Midcom Group founder Anand Kapoor reveals why he headquarters his Pan-African conglomerate in Dubai.
(L-R) Moderator: Eithne Treanor, Managing Director, E Treanor Media, Rt. Hon. Ruhakana Rugunda, Prime Minister, Uganda, Dr. Cheick Modibo Diarra, Former Transitional Prime Minister, Republic of Mali, and Anand Kapoor, Founder and Vice-chairman, Midcom Group, UAE, during the panel session ‘Filling the Skills Gap – Developing Africa’s 21st Century Workforce’ at Business Global Forum Africa 2015 at Atlantis The Palm, Dubai.
Dubai: Its role as a transport hub and a dedication to African relations makes Dubai a solid base for businesses engaged in several African countries, said Dubai-based businessman Anand Kapoor, founder of Midcom Group.
Kapoor, who appeared on a panel at the Africa Gulf Business Forum on Wednesday on filling the skills gap, said he had begun his career in Uganda but moved the headquarters of his company, Midcom Group, to Dubai 12 years ago to take advantage of its connections across Africa.
Midcom has an annual turnover of $1.5 billion, with interests in multiple sectors (including telecoms, food processing, education and electronics among others) in West and East Africa.
“sub-Saharan Africa became my natural strength,” he said. “Eventually, because I could spread into 16, 17 countries, Dubai became a natural choice to move around. This is why I work closely with the [Dubai] Chamber of Commerce in promoting how Dubai’s geographical advantage and the infrastructure can be used to bring prosperity to both continents.
“Just the manpower — quality manpower has to move into many countries. Where can I station myself to move across [Africa]?”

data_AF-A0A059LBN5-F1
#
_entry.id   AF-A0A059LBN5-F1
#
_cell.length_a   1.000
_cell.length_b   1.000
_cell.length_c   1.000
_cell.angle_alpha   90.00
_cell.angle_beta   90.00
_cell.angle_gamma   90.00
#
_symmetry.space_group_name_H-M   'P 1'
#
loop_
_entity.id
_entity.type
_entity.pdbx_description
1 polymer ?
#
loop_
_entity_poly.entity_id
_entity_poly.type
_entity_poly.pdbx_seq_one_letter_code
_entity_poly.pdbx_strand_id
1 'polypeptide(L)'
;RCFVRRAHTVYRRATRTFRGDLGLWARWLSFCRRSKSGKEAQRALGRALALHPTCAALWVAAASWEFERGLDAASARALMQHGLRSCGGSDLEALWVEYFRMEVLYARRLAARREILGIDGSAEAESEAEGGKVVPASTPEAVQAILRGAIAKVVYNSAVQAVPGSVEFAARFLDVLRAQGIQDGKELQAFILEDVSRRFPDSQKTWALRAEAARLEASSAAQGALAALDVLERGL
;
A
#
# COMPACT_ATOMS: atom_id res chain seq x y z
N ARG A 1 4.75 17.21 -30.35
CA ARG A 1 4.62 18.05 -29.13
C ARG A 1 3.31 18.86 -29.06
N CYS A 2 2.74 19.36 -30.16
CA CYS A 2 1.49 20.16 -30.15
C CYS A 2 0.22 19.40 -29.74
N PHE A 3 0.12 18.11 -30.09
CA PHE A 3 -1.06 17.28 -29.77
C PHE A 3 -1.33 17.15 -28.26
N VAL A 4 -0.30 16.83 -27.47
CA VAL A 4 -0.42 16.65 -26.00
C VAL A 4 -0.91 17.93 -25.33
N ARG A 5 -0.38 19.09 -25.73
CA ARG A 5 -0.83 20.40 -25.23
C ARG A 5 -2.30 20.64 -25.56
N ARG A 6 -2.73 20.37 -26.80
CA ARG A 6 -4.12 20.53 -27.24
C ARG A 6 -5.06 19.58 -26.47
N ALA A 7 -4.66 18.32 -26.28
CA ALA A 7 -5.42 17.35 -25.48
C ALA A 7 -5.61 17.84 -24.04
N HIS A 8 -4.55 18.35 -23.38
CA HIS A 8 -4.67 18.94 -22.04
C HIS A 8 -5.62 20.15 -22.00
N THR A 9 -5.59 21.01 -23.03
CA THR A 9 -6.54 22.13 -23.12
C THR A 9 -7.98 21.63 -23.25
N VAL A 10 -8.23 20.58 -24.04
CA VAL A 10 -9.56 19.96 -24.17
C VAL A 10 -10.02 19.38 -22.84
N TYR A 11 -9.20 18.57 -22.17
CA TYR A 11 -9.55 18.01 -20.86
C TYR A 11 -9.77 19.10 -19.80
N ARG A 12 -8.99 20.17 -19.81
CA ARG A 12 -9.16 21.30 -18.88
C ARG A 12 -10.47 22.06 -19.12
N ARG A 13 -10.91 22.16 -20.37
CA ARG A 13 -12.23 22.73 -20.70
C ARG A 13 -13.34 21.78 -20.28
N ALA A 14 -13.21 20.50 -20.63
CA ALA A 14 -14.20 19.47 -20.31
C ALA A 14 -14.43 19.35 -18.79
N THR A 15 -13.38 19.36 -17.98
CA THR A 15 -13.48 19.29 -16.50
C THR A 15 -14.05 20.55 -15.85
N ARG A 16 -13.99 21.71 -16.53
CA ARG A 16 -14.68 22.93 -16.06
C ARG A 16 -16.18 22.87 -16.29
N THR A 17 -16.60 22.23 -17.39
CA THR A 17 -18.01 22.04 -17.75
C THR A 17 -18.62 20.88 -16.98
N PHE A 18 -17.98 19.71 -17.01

Kapoor said Gulf Cooperation Council (GCC) countries, particularly the UAE, had put a lot of work into ties with African nations. “There is a lot of interaction now happening. There is a continent which is very rich in the things of which there is a deficit here. It’s a natural choice; that integration will eventually help.”
African countries are now focusing on long-term growth and putting policies in place to support that, according to Kapoor. “I have seen this shift in 20 years in Africa. And in the next 10 to 15 years I can see that we are now shifting from trade to value addition all over. Dubai is going to play a very central role. You see, we are 58 different countries, so the geographic advantage and the traditional openness of Dubai, the efficiency it as created … Dubai is the place of choice for senior people to call home,” he said.
One of the problems Midcom has found in Africa is recruiting local people with the right skill set. “We have a manufacturing facility in partnership with Samsung in Nigeria where I want my factory head to be a local Nigerian. However this isn’t the case right now because the skills are not available in the local population, so we’re investing in training to build the workforce we need locally,” Kapoor said.
To help ensure students have the practical skills his business needs, he said, he has created a scheme to encourage entrepreneurial thinking, providing $10,000 each to groups of four or five students who are expected to use their academic skills to develop business ideas.
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